Brighton Argus Review 2008This entry was posted in Press on .
Count Arthur Strong – The Musical, Komedia, Gardner Street, Brighton, Jan 27
By Jess Barrah
From the anticipation before this sold-out show started, it was evident that most of the audience had heard – if not seen – comedian Steve Delaney’s character, Count Arthur Strong, before.
As a habitual Radio 4 listener, I have heartily enjoyed Count Arthur Strong’s radio shows (currently airing on Friday mornings).
I knew he was an elderly variety entertainer. I knew of his constant struggle to locate the correct word and almost pathological problems with pronunciation. I knew of his close relationship with his friend and butcher, Wilf . However, until Sunday night I had no idea of what he looked like.
Having now seen him in person it seems a shame that only the vocal part of his comedy can be conveyed by the radio – as in conjunction with his physical humour, his character is even funnier.
Delaney inhabits Count Arthur so completely that when the audience was asked to stay for a re-take – seemingly only for a better shot of the collection bucket – he stayed in character and created a few extra laughs.
The rambling, bumbling raconteur was “sussposably” there to raise money for the musical version of his life story. The examples of the musical numbers he’d be performing (when he’d eventually raised enough money to hire the London Palladium) were the highlights of a hilarious night.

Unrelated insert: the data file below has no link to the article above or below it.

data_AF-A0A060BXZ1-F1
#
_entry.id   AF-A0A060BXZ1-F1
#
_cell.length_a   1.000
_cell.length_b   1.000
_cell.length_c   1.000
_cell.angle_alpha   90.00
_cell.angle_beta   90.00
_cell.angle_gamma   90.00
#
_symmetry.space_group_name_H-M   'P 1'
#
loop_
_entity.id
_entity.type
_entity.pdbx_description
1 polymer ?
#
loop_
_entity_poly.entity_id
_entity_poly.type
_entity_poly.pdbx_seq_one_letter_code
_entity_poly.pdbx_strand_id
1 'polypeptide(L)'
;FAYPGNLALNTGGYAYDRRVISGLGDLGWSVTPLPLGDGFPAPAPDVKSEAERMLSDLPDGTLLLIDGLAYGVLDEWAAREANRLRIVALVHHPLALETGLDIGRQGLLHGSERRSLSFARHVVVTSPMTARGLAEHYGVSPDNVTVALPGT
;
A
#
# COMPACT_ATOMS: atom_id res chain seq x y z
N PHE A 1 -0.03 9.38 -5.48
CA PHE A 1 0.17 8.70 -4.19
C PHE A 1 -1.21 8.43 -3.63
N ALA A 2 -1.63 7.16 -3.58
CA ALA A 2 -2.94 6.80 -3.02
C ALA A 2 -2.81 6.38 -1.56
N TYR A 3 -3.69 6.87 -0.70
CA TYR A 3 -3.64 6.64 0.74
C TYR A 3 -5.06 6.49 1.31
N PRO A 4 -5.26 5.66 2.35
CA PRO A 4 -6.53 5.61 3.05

I especially enjoyed the song I can only call Doncaster, where Arthur accessorised his brown trilby and black dinner jacket with a pair of angel wings and a dangling coathanger.
I also literally cried laughing when Count Arthur Strong did his “mirror” dance with badly-wigged sidekick Malcolm. He even got “down with the kids” as a rapper with a hedgetrimmer, although he got so “down with the floorboards” with his hip-replacement geriatric breakdancing that it seemed unlikely he’d get up again.
I hope that if the London Palladium is not within Count Arthur’s budget then something else can be arranged so more people can see this hysterically funny character.